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  • Consignment Deals

    In my experience, credit is a part of business an entrepreneur cannot avoid and must learn to deal with. It is part of developing a relationship of trust with your customers and vice versa. In my case for instance, most of our suppliers offer consignment deals with a promise on my part to pay what is due on time. Hence, the supplier continues to supply the needed goods to my business with my reputation as a good customer and payer increasing.

    If you are a supplier, do you also offer consignment deals to your customers? What are the pros and cons?

  • #2
    Re: Consignment Deals

    I had experienced selling clothing items on consignment basis. A friend recommended me to a boutique owner who was just glad to allow me to get items for selling. After a week, I would return the items and pay in cash whatever was sold. That was actually what motivated me in putting up a boutique of my own. However, I couldn't find suppliers who would enter into a consignment agreement so I had to buy all the items in my inventory. And when the business did not pick up, I had to sell everything and closed shop afterwards. If that boutique of mine had prospered, I would probably consign items to those willing to sell just what I was doing before.

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    • #3
      Re: Consignment Deals

      I could remember that some years ago people who were promoting dance parties had the option of obtaining liquor for their parties on consignment from one of the leading liquor distributors. This type of arrangement was very successful and I had never heard of any resulting fallout. The party promoters would get a certain amount of liquor to be sold at the venue and if any of the liquor is not sold it would be returned to the distributor and the promoter would pay for whatever liquor was consumed. I am not sure if this type of arrangement is being continued anymore, but I suspect it is, but probably under more controlled guidelines because of the changing times.

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      • #4
        Re: Consignment Deals

        I wouldn't mind offering consignment deals with customers. If you're a business that does not discriminate and accommodates customers from all walks of life, then you'd be inclined to offer consignment deals but under strict conditions. Conducting a thorough background check would help lessen the risk of such deals.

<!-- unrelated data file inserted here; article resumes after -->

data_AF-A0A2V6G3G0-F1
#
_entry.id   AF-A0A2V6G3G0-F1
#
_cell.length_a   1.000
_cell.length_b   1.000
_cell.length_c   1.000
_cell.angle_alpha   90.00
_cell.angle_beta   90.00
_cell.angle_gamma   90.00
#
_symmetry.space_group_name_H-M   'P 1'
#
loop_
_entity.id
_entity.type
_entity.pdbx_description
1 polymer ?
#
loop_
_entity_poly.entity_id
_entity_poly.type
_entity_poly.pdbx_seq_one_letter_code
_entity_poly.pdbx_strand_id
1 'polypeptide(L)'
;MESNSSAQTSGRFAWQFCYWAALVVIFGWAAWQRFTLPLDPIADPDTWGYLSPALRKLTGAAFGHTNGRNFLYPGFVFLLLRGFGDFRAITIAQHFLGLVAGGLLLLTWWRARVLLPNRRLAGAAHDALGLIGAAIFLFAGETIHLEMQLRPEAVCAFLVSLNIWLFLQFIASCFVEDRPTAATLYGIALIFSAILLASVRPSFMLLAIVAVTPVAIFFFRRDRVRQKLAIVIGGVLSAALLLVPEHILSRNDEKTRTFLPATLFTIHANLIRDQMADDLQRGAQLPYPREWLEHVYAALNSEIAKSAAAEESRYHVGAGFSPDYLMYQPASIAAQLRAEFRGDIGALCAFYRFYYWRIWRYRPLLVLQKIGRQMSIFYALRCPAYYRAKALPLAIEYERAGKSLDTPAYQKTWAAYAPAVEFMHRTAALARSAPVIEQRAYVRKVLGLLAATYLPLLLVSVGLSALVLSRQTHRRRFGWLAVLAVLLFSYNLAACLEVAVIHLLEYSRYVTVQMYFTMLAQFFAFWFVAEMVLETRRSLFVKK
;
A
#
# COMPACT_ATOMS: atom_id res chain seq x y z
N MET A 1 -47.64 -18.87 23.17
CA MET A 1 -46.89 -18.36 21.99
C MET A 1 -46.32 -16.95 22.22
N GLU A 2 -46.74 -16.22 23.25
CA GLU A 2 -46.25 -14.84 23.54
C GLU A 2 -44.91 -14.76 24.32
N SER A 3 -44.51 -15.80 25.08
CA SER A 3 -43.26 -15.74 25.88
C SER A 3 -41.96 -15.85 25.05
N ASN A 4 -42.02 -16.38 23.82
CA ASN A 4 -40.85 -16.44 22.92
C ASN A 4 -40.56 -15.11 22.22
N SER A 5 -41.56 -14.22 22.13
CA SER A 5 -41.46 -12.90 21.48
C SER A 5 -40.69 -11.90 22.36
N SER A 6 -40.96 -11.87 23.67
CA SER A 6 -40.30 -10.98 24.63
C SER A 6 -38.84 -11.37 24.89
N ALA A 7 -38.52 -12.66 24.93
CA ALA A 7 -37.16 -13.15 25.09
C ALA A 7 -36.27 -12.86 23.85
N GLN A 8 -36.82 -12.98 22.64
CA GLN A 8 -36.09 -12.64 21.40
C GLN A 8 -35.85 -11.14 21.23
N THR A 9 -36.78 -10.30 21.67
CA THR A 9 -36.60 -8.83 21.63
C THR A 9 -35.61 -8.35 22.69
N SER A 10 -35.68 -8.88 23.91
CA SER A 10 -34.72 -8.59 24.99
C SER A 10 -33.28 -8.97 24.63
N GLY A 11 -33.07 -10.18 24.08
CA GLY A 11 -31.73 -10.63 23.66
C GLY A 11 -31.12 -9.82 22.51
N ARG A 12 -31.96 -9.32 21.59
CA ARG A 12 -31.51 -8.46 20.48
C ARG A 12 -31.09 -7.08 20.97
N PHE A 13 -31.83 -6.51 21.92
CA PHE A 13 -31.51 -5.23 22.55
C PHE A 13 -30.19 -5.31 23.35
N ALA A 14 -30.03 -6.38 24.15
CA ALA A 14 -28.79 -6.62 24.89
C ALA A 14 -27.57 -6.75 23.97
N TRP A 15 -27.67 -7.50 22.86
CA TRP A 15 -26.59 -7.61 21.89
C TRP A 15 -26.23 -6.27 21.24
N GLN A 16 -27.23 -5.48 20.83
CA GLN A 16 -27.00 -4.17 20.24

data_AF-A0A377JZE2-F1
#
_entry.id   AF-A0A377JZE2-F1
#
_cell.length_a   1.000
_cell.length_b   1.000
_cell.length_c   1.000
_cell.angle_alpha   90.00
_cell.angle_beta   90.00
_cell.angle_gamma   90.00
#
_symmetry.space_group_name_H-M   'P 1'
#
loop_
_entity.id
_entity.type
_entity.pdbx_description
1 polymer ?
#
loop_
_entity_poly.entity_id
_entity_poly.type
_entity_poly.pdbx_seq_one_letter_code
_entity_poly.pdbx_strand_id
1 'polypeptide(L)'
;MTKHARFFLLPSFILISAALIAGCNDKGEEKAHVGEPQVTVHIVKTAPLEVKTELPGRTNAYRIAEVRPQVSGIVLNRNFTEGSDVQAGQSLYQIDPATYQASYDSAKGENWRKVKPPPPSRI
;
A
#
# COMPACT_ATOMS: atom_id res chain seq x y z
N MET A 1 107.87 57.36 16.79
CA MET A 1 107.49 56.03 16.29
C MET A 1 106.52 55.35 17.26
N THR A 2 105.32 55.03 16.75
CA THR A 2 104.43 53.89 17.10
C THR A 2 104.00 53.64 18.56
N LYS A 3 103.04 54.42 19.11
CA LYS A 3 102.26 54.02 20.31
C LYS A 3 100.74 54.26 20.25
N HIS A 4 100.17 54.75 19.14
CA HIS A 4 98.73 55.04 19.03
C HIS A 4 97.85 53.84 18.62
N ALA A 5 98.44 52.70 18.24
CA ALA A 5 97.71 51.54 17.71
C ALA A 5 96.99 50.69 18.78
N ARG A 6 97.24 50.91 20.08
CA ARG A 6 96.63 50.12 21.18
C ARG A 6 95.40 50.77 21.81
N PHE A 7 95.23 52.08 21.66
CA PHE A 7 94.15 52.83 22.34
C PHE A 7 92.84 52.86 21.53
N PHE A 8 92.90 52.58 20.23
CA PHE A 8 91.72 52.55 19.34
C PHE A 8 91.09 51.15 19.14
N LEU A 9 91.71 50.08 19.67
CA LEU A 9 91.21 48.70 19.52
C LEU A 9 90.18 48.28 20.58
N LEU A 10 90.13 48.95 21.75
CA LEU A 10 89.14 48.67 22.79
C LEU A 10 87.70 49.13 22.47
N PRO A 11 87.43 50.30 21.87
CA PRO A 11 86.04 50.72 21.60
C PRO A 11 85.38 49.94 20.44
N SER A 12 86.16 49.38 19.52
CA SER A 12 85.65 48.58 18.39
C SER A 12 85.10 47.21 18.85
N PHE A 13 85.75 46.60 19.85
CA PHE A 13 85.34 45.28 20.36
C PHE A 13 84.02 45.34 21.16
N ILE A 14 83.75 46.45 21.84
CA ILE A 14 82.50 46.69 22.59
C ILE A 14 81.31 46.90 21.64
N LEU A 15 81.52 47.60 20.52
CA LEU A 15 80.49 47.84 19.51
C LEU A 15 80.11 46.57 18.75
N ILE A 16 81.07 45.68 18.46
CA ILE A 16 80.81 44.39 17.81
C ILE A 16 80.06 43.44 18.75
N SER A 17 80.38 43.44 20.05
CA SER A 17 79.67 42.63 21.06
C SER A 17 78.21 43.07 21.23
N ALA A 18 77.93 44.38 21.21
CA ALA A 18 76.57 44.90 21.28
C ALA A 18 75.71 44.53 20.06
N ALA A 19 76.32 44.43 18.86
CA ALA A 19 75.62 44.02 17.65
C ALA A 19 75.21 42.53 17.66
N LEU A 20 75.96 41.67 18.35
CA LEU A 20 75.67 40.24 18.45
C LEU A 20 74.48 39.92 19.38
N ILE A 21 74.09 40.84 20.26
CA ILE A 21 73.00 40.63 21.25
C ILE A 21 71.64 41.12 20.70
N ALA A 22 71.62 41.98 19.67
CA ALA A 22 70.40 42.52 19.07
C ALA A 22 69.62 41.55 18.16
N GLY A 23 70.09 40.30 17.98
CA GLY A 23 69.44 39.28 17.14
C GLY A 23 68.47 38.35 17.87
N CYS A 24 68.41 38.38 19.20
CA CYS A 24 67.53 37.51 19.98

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        • #5
          Re: Consignment Deals

          Depending on the nature of the business consignment deals can be very profitable and it's bad business to ignore good sources of profit. There are very thorough standards that would need to be met y all parties to ensure that everything will be handled above the board. No shady people or fly by night operations. If everything is done in an open, honest, and legal manner consignment can be a great idea.

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          • #6
            Re: Consignment Deals

            Basing from experience, I would also like to add another advantage of consignment that I have noticed. Since sometimes our business would lack funds to purchase more bulk goods, the consignment deals given to us by some of our suppliers are very helpful in adding up to our inventory so there's more to sell and we immediately gain from the products that are consigned to us, which gives us more funds in buying more goods especially those which we buy on cash basis only.

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            • #7
              Re: Consignment Deals

              Consignment sales is quite different from outright sales because normally, the arrangement means that the consignee will only pay the consignor when a sale was made. On the part of the consignor or seller, this is less desirable than selling on credit where you can reasonably expect payment after an agreed period of time. Our FMCG business tried it in an attempt to introduce a new product to the market but it was a failure and we ended up with stock returns and very little sales. I would not really advise it unless it's the prevailing industry practice.

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              • #8
                Originally posted by Jazmine View Post
                Re: Consignment Deals

                Consignment sales is quite different from outright sales because normally, the arrangement means that the consignee will only pay the consignor when a sale was made. On the part of the consignor or seller, this is less desirable than selling on credit where you can reasonably expect payment after an agreed period of time. Our FMCG business tried it in an attempt to introduce a new product to the market but it was a failure and we ended up with stock returns and very little sales. I would not really advise it unless it's the prevailing industry practice.
                The return of stocks is one concern that should not be overlooked. The cost of getting the stocks from the supplier is just the same as transporting the unsold items back to the supplier. Think if the consignment is in big volumes and the sales are not that fast then the warehouse will just be congested with the stocks when the seller returns the consigned items. But if the nature of business is consignment then I guess the manager should be well-versed with the methods.

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